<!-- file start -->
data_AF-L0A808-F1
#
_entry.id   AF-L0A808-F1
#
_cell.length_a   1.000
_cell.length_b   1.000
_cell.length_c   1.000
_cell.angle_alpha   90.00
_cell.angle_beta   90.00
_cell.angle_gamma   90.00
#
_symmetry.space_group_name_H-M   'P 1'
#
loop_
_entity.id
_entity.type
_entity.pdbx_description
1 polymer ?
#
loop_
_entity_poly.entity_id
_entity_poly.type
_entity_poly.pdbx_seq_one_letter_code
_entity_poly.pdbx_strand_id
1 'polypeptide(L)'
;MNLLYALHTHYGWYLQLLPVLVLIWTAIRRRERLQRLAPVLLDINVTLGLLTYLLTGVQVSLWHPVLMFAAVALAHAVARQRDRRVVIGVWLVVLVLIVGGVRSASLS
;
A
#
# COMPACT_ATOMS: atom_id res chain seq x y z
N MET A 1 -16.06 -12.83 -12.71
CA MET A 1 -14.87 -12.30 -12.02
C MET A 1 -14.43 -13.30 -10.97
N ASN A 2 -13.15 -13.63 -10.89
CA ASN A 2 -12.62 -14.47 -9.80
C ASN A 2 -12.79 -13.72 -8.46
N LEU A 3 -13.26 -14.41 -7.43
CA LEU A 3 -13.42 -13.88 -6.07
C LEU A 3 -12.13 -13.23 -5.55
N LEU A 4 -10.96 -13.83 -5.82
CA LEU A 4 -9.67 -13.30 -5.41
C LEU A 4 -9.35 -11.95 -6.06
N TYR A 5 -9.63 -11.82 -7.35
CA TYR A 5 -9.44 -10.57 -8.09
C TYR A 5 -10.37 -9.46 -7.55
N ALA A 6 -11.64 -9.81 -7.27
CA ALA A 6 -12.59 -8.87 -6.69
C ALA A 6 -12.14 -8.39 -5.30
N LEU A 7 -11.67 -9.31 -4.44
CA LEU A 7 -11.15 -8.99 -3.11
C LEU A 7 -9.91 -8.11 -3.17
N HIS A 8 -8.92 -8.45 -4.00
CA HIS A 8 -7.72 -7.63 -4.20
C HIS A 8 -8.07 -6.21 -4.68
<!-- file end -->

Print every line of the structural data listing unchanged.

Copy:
data_AF-L0A808-F1
#
_entry.id   AF-L0A808-F1
#
_cell.length_a   1.000
_cell.length_b   1.000
_cell.length_c   1.000
_cell.angle_alpha   90.00
_cell.angle_beta   90.00
_cell.angle_gamma   90.00
#
_symmetry.space_group_name_H-M   'P 1'
#
loop_
_entity.id
_entity.type
_entity.pdbx_description
1 polymer ?
#
loop_
_entity_poly.entity_id
_entity_poly.type
_entity_poly.pdbx_seq_one_letter_code
_entity_poly.pdbx_strand_id
1 'polypeptide(L)'
;MNLLYALHTHYGWYLQLLPVLVLIWTAIRRRERLQRLAPVLLDINVTLGLLTYLLTGVQVSLWHPVLMFAAVALAHAVARQRDRRVVIGVWLVVLVLIVGGVRSASLS
;
A
#
# COMPACT_ATOMS: atom_id res chain seq x y z
N MET A 1 -16.06 -12.83 -12.71
CA MET A 1 -14.87 -12.30 -12.02
C MET A 1 -14.43 -13.30 -10.97
N ASN A 2 -13.15 -13.63 -10.89
CA ASN A 2 -12.62 -14.47 -9.80
C ASN A 2 -12.79 -13.72 -8.46
N LEU A 3 -13.26 -14.41 -7.43
CA LEU A 3 -13.42 -13.88 -6.07
C LEU A 3 -12.13 -13.23 -5.55
N LEU A 4 -10.96 -13.83 -5.82
CA LEU A 4 -9.67 -13.30 -5.41
C LEU A 4 -9.35 -11.95 -6.06
N TYR A 5 -9.63 -11.82 -7.35
CA TYR A 5 -9.44 -10.57 -8.09
C TYR A 5 -10.37 -9.46 -7.55
N ALA A 6 -11.64 -9.81 -7.27
CA ALA A 6 -12.59 -8.87 -6.69
C ALA A 6 -12.14 -8.39 -5.30
N LEU A 7 -11.67 -9.31 -4.44
CA LEU A 7 -11.15 -8.99 -3.11
C LEU A 7 -9.91 -8.11 -3.17
N HIS A 8 -8.92 -8.45 -4.00
CA HIS A 8 -7.72 -7.63 -4.20
C HIS A 8 -8.07 -6.21 -4.68